What if I told you that the biggest collections of original concert posters have never reached the secondary market? Troves of historical pop culture collectibles just lying in wait to be unleashed on the public. Now, the public is beginning to see those posters hit the market. And just like that – a whole industry is starting to get hot. But could posters ever rival comics? The answer isn’t ‘no’. And here’s why.
Why Concert Posters Have the Potential to Reach the Size of the Comic Books Collectible Category
Similar to comic book and video game collecting, concert poster collecting has not always been done with a monetary goal in mind. Concert posters fit right into a mantra; “Anything that’s truly collectible needs to be originally consumed in some way”. The tension between consuming and preserving is part of what creates the market for collectible categories.
The reason beanie babies aren’t worth much today is that, right out of the gate, consumers wanted them to be collectibles and they were decently accessible. The anticipation that they could be worth real money someday kept them on shelves instead of in our hands. And none of us were able to touch that precious TY tag. But consider comics. 8-year-olds weren’t putting them in protective cases and setting them on shelves. They were consuming them. They pored over each page, sometimes reading them until the binding came loose.
Same with video games. Who actually opened that Super Mario Bros. on Christmas morning in 1987 and then decided to keep those games in the sealed box? Hardly anyone, because with video games, the act of consumption is pulling the game out of the box and playing it.
Concert posters were consumed as well. They were created for practical uses – to advertise upcoming shows. They were stapled to telephone poles, dropped into puddles, and folded and stuffed in pockets. They were then discarded or left to slowly decay as they were exposed to the elements. And because of those factors and the temptation of nostalgia, concert posters have the same propensity to become a highly coveted collectible – just like comics, sports cards, video games, and other childhood ephemera.
The Rule of 25
Just as with other collectibles, concert posters have a time maturity element. Generally speaking, newer items in any collectible market are easier to find and in larger quantities than older pieces. With plenty of available inventory of the newer works, people are able to buy them in “real-time”. Right after you see a concert, it’s easy to find a poster from the event. If you’re like most people who consider themselves collectors, these pieces get stored or displayed somewhere and are left alone to perhaps appreciate in value over the years.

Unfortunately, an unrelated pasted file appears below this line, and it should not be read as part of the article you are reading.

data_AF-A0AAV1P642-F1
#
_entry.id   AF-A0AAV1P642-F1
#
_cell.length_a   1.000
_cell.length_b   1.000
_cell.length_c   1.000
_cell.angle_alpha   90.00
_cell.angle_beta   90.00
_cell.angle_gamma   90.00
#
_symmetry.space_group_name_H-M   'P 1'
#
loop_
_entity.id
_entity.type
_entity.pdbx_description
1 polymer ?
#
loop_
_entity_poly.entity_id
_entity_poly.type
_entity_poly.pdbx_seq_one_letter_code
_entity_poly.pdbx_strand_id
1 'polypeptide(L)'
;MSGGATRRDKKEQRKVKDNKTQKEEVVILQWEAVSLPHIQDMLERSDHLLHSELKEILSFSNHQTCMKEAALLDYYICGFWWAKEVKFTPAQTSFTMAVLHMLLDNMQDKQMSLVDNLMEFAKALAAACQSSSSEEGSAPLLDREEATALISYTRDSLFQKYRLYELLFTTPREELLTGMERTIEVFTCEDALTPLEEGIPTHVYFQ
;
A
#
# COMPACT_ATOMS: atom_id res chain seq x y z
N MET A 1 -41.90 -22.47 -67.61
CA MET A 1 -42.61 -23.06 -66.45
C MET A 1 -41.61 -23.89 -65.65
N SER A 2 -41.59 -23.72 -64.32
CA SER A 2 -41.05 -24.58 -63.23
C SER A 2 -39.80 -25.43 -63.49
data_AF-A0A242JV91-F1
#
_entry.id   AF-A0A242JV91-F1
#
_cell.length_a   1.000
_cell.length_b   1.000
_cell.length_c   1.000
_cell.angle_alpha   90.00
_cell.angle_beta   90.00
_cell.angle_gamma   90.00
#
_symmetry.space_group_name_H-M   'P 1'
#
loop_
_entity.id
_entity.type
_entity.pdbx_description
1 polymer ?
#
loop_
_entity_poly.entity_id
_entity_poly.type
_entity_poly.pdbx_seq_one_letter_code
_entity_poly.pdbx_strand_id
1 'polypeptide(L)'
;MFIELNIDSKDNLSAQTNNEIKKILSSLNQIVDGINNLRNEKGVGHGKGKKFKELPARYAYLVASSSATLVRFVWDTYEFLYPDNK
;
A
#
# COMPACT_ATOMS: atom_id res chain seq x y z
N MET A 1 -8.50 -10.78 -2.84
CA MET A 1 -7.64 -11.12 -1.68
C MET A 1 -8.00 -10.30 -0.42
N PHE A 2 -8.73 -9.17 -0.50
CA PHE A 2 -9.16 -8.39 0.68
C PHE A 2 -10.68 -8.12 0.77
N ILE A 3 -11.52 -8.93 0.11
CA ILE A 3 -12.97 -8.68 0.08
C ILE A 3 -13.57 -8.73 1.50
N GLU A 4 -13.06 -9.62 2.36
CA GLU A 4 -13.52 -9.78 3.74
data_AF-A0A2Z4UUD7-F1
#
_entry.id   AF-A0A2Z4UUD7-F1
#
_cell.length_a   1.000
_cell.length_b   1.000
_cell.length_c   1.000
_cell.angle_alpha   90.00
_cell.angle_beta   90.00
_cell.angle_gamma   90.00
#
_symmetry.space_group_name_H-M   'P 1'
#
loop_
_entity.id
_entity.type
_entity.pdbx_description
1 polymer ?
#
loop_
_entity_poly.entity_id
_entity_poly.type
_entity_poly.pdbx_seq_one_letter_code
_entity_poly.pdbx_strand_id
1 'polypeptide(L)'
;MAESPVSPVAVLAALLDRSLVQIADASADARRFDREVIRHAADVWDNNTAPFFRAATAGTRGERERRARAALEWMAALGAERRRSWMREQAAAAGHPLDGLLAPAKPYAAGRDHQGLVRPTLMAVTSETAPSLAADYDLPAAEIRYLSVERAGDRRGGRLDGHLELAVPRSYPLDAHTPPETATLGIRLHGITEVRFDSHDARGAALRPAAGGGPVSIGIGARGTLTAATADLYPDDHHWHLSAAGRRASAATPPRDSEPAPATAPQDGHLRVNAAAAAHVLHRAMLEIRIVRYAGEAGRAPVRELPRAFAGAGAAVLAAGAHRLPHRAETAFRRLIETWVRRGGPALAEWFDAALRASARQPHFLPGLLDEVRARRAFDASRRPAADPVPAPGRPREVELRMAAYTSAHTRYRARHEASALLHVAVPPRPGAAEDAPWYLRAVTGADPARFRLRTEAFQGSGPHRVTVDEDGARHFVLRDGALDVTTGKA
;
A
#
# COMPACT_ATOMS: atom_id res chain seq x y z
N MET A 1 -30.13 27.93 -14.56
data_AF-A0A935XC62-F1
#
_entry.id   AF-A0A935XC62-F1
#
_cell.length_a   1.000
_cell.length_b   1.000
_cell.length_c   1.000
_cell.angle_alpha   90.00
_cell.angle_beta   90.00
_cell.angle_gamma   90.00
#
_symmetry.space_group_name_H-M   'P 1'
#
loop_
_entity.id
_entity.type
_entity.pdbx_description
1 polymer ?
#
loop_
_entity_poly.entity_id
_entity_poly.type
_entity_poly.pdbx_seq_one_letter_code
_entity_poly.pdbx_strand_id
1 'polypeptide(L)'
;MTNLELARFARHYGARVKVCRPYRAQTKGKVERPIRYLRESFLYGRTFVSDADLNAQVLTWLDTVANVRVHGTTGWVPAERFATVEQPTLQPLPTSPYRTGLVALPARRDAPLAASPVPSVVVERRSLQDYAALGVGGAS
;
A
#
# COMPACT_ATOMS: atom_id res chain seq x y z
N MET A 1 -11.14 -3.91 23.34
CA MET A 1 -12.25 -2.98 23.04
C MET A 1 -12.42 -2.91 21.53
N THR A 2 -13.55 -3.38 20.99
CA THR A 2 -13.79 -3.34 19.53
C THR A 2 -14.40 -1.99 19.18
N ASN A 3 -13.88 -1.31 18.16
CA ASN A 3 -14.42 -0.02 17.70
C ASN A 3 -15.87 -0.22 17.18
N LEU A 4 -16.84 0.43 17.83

This is where the 25-year cycle begins. A young collector from the 90s might recall reading Carnage’s first appearance in Amazing Spider-Man #361, playing Mortal Kombat, going to see Green Day play live, and playing Magic the Gathering or Pokemon for the first time. As these people mature over the next 25 years, they begin to diverge as an audience and get economically categorized. Some of those folks now have the capacity to spend more money on the collectible items they desire. Once they economically age into being able to afford higher-priced items, the supply of those items shrinks, especially in higher-grade surviving items.
How do you know the value of Concert Posters?
Concert posters have notoriously small print runs. A town advertising a show only needs to print enough to advertise to its immediate citizens. A band getting its start would have an even smaller print count. Should that band end up making it big, those early posters will become immediately desirable.
Other posters might become desirable because of the artist. Similar to being a fan of comic books because of the cover artist, concert poster artists have followings of their own.
But what about monetary value?
You have a concert poster in your hands. It’s in great condition and advertises the first performance of a band that’s now legendary. But when you look for sales, you can’t find any. It’s never sold on eBay or shown up at an auction house. So how much is it worth?
Many concert poster collectors face this question when they look to add to their collection. While sales have begun to trickle out, there are still countless posters that have not crossed the block yet.
The best way to evaluate your posters is by talking to other collectors. Ask questions; compare notes; talk about the monetary value of nostalgia, with the understanding that posters will have different values to different people depending on their thoughts on the groups advertised on the work.
Sharing your insight and gaining the opinions of others will help you land on a price you feel good about, whether buying or selling. Currently, there are Facebook groups, our own Concert Poster Price Guide, and other chat rooms you can reference to connect to other collectors and help yourself determine poster value.
There are exciting things happening in the Concert Poster market, and we’re all excited to watch them play out. This collectible industry is built on childhood memories. Getting to put a piece of your youth on the wall lets you relive the experience every time you look at it. After all – everyone remembers their first concert.